Here, everything is cheap and nothing is offensive. The weather is mild, the people are mild and a traffic jam is when four people pull up to a four-way stop and no one can decide who should go first. I did notice a few changes when I came back. First, didn't Monroe Street used to have a bridge? Second, Spokane now has an openly gay mayor.
Turns out Spokane accidentally became the most politically progressive city in the country. I know people want him out, and I can't speak much to his politics because I wasn't here for his rise, just his fall. This much I do know: He is a Republican who was outspoken against gay rights and was a closeted homosexual. That's a pretty jazzy choice for a town whose former biggest controversy was a parking garage. I know one more mention of West would be about as fresh as a Pee Wee Herman joke, but I think the decision we are faced with now has everything to do with what Spokane is and what it could be.
First, let's start with the people campaigning to get West out of office. It would be my guess that these people didn't like him much in the first place, just as the Monica Lewinsky thing only made obsessive Clinton-haters out of people who already hated Clinton. West's opponents probably also didn't like that he is a Republican -- that is, they didn't like his politics or his stance on gay issues. The irony must be too delicious for them not to pile on.
But before they boot him, maybe they should think of this: Is he really going to be that big of an opponent of gay rights now? With the smoke and mirrors gone, what are his politics going to be like? And consider this: West just became your Trojan horse. If you don't like the Republican Party, West just infused them with the same homosexuality they are trying to shove to the fringes. If we don't get rid of him, they won't be able to. Besides, if West continues as mayor and is still intolerant in the light of all this, won't it be fun to watch his skull crack open and see his soul escape?
As for everyone else -- those of you who don't have an ax to grind but want West out -- I know why you feel that way. You have always prized Spokane as the town where nothing ever happens. But isn't it time to let our hysterical nostalgia go? I know, I know -- you fear change. But this pigeonholed concept of yesteryear is decaying like the yards lining Maple and Ash. We have to face it: Things do happen in Spokane. I understand we have quite the little meth problem now -- maybe asking ourselves "What Would Andy Griffith Do?" is not going to get it solved. We are a city so adverse to change, and yet we cast an envious eye to places with better economies, cultures and more vibrant populations.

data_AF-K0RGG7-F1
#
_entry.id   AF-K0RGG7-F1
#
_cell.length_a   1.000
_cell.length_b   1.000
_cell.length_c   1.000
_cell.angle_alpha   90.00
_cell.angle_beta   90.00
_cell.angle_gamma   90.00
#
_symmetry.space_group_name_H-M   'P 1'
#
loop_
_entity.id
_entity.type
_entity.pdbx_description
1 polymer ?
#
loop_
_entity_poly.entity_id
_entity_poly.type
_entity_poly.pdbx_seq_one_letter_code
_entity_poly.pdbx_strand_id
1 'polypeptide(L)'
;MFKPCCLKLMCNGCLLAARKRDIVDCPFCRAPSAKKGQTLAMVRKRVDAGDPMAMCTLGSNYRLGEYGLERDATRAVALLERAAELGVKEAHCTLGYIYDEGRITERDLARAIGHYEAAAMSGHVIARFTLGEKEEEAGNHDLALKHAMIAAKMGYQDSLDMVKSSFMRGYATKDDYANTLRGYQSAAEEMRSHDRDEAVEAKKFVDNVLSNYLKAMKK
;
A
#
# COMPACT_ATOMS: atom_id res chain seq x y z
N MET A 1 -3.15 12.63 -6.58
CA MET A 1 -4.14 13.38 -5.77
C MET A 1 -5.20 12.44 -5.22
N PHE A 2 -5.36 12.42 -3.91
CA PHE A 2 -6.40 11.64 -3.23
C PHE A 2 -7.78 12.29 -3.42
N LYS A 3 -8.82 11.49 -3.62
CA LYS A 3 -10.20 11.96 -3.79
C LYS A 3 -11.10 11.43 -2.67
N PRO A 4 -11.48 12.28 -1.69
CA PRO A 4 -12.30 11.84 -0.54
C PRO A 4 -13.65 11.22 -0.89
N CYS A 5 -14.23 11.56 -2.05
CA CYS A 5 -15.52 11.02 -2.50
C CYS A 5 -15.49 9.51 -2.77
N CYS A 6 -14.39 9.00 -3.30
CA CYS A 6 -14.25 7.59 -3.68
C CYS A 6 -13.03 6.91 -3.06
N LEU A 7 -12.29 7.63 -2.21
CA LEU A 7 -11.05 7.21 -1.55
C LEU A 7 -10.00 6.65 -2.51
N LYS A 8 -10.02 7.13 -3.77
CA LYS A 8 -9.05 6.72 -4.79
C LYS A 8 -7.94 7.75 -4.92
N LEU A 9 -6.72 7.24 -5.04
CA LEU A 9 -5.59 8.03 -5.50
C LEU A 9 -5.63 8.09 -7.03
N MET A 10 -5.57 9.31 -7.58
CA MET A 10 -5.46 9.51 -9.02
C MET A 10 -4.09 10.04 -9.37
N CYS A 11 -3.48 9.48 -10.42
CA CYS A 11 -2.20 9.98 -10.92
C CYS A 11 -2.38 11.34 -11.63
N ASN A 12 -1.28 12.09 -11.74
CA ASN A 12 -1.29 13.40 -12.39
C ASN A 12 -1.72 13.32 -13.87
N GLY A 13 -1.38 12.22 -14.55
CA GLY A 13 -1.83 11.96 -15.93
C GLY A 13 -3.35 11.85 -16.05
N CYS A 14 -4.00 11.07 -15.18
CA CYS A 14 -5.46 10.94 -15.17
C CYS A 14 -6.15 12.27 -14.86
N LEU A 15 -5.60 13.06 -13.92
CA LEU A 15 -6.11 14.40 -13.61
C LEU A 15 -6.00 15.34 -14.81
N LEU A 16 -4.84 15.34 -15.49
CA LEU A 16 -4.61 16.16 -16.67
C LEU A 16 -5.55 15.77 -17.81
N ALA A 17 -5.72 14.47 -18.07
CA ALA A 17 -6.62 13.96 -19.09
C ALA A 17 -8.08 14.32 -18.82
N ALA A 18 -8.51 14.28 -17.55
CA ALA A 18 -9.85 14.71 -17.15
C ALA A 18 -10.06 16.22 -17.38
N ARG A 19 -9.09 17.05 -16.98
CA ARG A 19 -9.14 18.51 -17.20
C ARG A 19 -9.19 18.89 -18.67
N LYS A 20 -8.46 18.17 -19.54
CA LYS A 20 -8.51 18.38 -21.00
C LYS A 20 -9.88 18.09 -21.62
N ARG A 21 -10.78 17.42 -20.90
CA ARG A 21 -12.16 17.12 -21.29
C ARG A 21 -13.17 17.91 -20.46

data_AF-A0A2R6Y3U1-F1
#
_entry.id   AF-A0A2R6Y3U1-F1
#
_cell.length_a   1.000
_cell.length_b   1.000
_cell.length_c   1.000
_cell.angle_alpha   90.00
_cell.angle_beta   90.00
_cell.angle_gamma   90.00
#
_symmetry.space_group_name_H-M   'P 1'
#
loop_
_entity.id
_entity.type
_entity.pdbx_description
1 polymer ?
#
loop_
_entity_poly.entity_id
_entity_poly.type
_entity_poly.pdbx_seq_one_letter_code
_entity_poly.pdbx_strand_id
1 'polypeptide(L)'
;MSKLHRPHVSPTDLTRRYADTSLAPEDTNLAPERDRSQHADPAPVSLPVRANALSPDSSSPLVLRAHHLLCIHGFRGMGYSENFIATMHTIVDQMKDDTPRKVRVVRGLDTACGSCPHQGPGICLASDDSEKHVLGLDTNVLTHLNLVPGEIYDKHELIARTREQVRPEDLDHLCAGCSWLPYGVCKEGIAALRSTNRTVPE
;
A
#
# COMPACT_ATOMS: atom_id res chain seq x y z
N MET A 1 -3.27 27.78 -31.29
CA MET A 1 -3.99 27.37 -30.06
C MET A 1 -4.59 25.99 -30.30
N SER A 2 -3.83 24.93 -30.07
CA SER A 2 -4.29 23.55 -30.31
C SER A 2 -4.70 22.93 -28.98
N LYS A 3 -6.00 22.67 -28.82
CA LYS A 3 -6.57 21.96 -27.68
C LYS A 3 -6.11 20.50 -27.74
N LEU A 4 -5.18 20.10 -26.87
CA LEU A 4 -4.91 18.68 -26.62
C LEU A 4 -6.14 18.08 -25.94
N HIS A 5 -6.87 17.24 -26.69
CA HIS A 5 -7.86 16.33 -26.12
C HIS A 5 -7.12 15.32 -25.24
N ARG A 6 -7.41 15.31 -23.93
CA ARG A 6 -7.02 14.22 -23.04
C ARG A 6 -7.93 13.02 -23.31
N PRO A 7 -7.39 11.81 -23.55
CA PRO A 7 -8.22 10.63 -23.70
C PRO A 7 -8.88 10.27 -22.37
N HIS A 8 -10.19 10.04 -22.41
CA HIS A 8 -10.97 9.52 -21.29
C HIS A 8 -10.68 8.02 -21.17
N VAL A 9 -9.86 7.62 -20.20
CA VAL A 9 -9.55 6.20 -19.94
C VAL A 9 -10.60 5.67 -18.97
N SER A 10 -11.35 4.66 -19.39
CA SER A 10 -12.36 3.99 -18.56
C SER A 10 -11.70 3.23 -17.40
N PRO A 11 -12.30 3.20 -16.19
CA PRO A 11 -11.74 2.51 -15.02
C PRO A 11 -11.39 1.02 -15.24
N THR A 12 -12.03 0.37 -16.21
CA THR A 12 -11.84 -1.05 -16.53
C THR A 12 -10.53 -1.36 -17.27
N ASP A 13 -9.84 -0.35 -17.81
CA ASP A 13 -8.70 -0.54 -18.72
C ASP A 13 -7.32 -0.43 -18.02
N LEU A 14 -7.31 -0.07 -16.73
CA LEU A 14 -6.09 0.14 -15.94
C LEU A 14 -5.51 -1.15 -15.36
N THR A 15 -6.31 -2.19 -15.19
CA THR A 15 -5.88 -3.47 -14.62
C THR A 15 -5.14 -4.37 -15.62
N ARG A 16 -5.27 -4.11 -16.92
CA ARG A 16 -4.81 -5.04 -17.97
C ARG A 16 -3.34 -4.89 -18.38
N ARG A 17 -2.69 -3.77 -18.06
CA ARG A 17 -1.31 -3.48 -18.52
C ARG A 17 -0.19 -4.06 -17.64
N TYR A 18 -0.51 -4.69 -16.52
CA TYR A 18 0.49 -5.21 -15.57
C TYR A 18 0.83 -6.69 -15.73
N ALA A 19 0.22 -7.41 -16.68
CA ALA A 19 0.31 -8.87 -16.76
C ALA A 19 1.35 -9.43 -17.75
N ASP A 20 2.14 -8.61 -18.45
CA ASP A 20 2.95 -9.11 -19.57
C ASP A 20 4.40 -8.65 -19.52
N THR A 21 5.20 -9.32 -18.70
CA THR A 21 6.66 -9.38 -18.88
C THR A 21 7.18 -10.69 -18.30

I remember when we used to be jealous of Seattle. But now we're feeling inferior to Boise. That's Boise! In Idaho, remember? When you can't match the hipness and success of southern Idaho, it's time to rethink the strategy. But you know what? Boise is everything we are supposed to be. Ever wonder why Boise gets all those lovely tech industries that boost the economy? Because the people who work in those industries are young adults and families and they chose where they live based on lifestyle and culture. And Boise has it. They have culture and diversity, at least by Idaho standards.
It's time we poked our heads out of our shells and took some chances. No more of this frightened-of-the-world isolationism. Maybe our theaters could play something besides Guys and Dolls for the 150,000th time. Maybe a city nearly the size of Cincinnati could have more than two movie theaters. We are too big to think small. We need to be a little Seattle, not a giant Colfax. Oh, and put some fluoride in the water, for God's sake. Good dental hygiene is not witchcraft.
So, with Mayor West, bounce him or keep him, I don't care. But make sure you're doing it for the right reason. Don't worry about the attention, Boo Radley. The only question I have heard people ask West is, "How soon can you pack?" No one, however, has asked the new West, the one who has faced his demons, "What would you do as mayor, now?"